Twenty Twelve. Image shows from L to R: Siobhan Sharpe (Jessica Hynes), Ian Fletcher (Hugh Bonneville). Copyright: BBC
Twenty Twelve

Twenty Twelve

  • TV sitcom
  • BBC Two / BBC Four
  • 2011 - 2012
  • 13 episodes (2 series)

Mockumentary about the team organising the London Olympics. Stars Hugh Bonneville, Jessica Hynes and Olivia Colman. Also features Amelia Bullmore, Karl Theobald, Vincent Franklin, Morven Christie, Samuel Barnett and more.

  • JustWatch Streaming rank this week: 2,546

Press clippings Page 10

Is it just me or does Head of Brand Siobhan Sharpe (Jessica Hynes) remind you of Natasha from The Apprentice?

I'm not quite sure if it's her sideways hairdo or that utter blankness behind the eyes as though her brain and her mouth aren't quite hooked up.

Either way, she's my favourite character in this comedy of cock-ups and her quest to find a "sonic brand" for the Olympics this week is another classic moment for her.

But the really big drama comes from the discovery of some ancient bones under the planned site. Or, in the words of narrator David Tennant: "The Aquatic Centre has suddenly gone from being this week's good news story to a mass grave..."

Personally, if I were Head of Deliverance Ian Fletcher (Hugh Bonneville) I'd be more concerned that my Chief Construction Engineer is actually Mr Masood the postman from EastEnders.

Jane Simon, The Mirror, 2nd August 2011

Finally on real TV, and one of those things whose slow-burn brilliance for once merits repeated repeats (though why the BBC earlier this year hid it away on BBC4 at something like midnight is still a mystery; doesn't it know when it's got Office-standard comedy?) is Twenty Twelve, John Morton's pre-Olympic spoof mockumentary which opened on BBC2 with a typically splendidly bright episode about a clock. An Olympic clock, of course. The proud chippy young northern artist won't explain quite how it works - "it's not snarking complicated". Except he doesn't say snarking, and it is in fact stupidly complicated. It's up to the fine Hugh Bonneville, head of "deliverance" for 2012, and Jessica Haynes as his memorable gobbledespeak PR to fail to work out how it works. "Look, does it count backwards in numbers or in time?" inquires anxious hapless Hugh of her. "Yeah, sure, OK. Well, either. I mean, both. Sensational!" Slowly, you realise there is a horological car-crash ahead. Every episode here is a subtle gem, getting way too close for comfort on the excruciations of political correctness, our modern failure to organise a cup of tea without a flowchart and the impossibility of getting athletes to say anything interesting, ever. It's on at a normal time now and you've no excuse for missing it. I'm going to record every one and play it as balm throughout the horrors that will be our real 2012.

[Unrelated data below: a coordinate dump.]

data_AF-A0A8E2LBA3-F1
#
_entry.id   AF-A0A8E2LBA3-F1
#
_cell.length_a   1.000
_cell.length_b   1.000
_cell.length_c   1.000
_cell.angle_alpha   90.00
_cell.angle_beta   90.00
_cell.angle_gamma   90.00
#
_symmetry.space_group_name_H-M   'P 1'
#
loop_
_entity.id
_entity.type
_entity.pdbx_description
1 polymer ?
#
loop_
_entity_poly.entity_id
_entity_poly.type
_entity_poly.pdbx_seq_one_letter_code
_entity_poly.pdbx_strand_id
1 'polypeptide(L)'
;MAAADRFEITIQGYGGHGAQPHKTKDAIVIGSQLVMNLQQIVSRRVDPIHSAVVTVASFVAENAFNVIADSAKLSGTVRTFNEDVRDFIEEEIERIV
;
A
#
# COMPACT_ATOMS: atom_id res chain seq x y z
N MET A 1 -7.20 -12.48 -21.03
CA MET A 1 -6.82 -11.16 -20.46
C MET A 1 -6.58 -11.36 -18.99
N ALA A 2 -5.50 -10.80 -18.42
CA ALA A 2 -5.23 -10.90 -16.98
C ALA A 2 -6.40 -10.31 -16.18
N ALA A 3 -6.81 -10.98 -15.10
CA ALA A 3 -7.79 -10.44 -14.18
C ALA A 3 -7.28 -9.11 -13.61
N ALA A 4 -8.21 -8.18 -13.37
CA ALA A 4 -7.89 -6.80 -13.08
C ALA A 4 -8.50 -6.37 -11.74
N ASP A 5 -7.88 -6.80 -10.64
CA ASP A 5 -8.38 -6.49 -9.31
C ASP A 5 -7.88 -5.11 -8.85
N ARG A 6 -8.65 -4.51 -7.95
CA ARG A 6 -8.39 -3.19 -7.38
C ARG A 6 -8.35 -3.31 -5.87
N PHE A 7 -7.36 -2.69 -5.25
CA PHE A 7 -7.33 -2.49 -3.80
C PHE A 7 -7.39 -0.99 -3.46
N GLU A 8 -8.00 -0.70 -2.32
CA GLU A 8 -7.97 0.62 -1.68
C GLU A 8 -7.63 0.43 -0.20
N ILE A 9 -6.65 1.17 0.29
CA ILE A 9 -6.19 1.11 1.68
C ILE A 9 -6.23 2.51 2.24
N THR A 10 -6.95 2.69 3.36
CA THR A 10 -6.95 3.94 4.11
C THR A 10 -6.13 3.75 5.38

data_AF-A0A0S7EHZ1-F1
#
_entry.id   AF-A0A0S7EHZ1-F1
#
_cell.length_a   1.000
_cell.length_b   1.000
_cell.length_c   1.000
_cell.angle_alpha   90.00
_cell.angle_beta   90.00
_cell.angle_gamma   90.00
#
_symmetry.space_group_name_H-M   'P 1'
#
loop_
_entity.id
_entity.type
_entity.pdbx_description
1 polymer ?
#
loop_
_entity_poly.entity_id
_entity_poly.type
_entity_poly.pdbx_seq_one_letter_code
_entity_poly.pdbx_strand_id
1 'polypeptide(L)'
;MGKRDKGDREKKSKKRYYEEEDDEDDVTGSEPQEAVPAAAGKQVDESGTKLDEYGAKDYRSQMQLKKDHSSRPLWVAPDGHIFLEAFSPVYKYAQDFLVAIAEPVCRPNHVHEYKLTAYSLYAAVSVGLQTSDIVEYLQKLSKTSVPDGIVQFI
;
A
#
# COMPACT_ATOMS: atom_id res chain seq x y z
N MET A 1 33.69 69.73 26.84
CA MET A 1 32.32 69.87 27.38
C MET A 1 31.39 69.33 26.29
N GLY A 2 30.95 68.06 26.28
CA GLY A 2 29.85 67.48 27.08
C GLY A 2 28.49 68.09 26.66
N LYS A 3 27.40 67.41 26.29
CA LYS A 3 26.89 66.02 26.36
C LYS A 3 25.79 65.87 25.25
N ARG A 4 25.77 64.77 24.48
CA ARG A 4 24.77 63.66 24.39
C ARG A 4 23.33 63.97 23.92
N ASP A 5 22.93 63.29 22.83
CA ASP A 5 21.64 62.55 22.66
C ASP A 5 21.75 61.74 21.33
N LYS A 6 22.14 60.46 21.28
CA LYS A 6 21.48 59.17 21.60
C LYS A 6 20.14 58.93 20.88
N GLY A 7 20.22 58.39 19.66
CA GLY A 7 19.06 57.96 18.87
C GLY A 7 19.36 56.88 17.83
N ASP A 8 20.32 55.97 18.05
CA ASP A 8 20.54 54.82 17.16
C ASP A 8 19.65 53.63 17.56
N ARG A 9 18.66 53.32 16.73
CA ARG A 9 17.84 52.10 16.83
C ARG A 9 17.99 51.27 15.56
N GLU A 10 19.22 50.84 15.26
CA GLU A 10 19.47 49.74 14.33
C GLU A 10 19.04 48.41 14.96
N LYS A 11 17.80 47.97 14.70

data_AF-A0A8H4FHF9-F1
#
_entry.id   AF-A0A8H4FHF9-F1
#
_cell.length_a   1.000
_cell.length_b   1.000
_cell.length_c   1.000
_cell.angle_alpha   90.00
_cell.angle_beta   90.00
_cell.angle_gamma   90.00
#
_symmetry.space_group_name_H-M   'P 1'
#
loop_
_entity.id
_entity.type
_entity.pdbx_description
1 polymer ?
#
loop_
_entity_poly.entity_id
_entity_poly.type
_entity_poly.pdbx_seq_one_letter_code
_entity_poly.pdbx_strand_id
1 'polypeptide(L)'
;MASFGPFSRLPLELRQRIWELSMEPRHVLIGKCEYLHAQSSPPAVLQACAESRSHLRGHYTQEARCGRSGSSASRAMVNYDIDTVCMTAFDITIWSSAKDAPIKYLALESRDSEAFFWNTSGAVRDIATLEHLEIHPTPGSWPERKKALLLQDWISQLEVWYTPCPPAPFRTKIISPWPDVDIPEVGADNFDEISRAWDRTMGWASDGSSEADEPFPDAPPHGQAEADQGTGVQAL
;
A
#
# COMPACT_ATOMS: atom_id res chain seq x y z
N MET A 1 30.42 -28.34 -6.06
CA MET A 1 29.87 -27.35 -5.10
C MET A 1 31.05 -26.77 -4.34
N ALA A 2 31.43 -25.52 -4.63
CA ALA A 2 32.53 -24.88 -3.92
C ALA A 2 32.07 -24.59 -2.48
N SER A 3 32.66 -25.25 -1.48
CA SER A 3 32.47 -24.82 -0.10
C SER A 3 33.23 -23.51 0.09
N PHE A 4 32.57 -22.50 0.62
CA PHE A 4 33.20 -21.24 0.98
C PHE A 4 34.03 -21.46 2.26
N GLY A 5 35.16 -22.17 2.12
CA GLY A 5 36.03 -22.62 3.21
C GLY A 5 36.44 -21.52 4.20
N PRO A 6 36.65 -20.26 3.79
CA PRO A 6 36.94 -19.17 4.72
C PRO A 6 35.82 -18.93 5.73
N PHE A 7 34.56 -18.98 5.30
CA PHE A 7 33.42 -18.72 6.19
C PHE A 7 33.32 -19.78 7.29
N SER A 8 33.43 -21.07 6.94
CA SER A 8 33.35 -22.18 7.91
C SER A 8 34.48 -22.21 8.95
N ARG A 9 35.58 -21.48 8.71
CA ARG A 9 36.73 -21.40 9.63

Euan Ferguson, The Observer, 24th July 2011

Twenty Twelve isn't as funny as the real Olympics

Twenty Twelve is an Olympics satire without any real bite, despite starring starring the likes of Hugh Bonneville and having a gift of a subject at its core.